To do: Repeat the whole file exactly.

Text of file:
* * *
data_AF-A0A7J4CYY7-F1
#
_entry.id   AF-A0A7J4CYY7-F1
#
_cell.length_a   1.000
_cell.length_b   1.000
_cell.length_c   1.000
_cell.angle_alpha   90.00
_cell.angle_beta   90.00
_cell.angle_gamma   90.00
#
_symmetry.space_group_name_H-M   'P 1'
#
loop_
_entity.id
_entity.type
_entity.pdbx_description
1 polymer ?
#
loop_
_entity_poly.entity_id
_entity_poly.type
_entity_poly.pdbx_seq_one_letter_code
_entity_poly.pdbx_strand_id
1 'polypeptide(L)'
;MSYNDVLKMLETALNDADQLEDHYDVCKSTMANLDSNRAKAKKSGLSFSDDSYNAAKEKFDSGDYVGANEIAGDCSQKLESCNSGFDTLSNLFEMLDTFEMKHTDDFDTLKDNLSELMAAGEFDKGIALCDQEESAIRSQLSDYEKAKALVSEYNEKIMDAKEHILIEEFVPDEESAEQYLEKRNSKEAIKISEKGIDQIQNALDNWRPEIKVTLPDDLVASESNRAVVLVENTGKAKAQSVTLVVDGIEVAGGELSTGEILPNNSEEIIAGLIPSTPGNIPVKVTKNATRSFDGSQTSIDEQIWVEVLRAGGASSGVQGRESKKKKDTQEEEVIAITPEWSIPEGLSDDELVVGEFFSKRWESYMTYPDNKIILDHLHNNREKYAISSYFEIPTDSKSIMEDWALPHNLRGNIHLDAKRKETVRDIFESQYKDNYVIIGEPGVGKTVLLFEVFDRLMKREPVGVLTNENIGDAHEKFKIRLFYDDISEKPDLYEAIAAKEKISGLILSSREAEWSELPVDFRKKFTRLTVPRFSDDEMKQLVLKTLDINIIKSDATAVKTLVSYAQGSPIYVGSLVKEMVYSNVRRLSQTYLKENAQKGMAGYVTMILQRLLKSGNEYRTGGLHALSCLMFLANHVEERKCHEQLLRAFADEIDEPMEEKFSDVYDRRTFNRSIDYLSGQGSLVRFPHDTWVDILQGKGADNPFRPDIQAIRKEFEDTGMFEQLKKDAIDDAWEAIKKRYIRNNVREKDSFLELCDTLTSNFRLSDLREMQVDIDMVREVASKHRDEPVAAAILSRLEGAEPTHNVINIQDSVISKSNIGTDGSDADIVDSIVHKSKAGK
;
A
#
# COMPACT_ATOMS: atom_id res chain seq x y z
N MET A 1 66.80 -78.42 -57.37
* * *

data_AF-A0A7J4CYY7-F1
#
_entry.id   AF-A0A7J4CYY7-F1
#
_cell.length_a   1.000
_cell.length_b   1.000
_cell.length_c   1.000
_cell.angle_alpha   90.00
_cell.angle_beta   90.00
_cell.angle_gamma   90.00
#
_symmetry.space_group_name_H-M   'P 1'
#
loop_
_entity.id
_entity.type
_entity.pdbx_description
1 polymer ?
#
loop_
_entity_poly.entity_id
_entity_poly.type
_entity_poly.pdbx_seq_one_letter_code
_entity_poly.pdbx_strand_id
1 'polypeptide(L)'
;MSYNDVLKMLETALNDADQLEDHYDVCKSTMANLDSNRAKAKKSGLSFSDDSYNAAKEKFDSGDYVGANEIAGDCSQKLESCNSGFDTLSNLFEMLDTFEMKHTDDFDTLKDNLSELMAAGEFDKGIALCDQEESAIRSQLSDYEKAKALVSEYNEKIMDAKEHILIEEFVPDEESAEQYLEKRNSKEAIKISEKGIDQIQNALDNWRPEIKVTLPDDLVASESNRAVVLVENTGKAKAQSVTLVVDGIEVAGGELSTGEILPNNSEEIIAGLIPSTPGNIPVKVTKNATRSFDGSQTSIDEQIWVEVLRAGGASSGVQGRESKKKKDTQEEEVIAITPEWSIPEGLSDDELVVGEFFSKRWESYMTYPDNKIILDHLHNNREKYAISSYFEIPTDSKSIMEDWALPHNLRGNIHLDAKRKETVRDIFESQYKDNYVIIGEPGVGKTVLLFEVFDRLMKREPVGVLTNENIGDAHEKFKIRLFYDDISEKPDLYEAIAAKEKISGLILSSREAEWSELPVDFRKKFTRLTVPRFSDDEMKQLVLKTLDINIIKSDATAVKTLVSYAQGSPIYVGSLVKEMVYSNVRRLSQTYLKENAQKGMAGYVTMILQRLLKSGNEYRTGGLHALSCLMFLANHVEERKCHEQLLRAFADEIDEPMEEKFSDVYDRRTFNRSIDYLSGQGSLVRFPHDTWVDILQGKGADNPFRPDIQAIRKEFEDTGMFEQLKKDAIDDAWEAIKKRYIRNNVREKDSFLELCDTLTSNFRLSDLREMQVDIDMVREVASKHRDEPVAAAILSRLEGAEPTHNVINIQDSVISKSNIGTDGSDADIVDSIVHKSKAGK
;
A
#
# COMPACT_ATOMS: atom_id res chain seq x y z
N MET A 1 66.80 -78.42 -57.37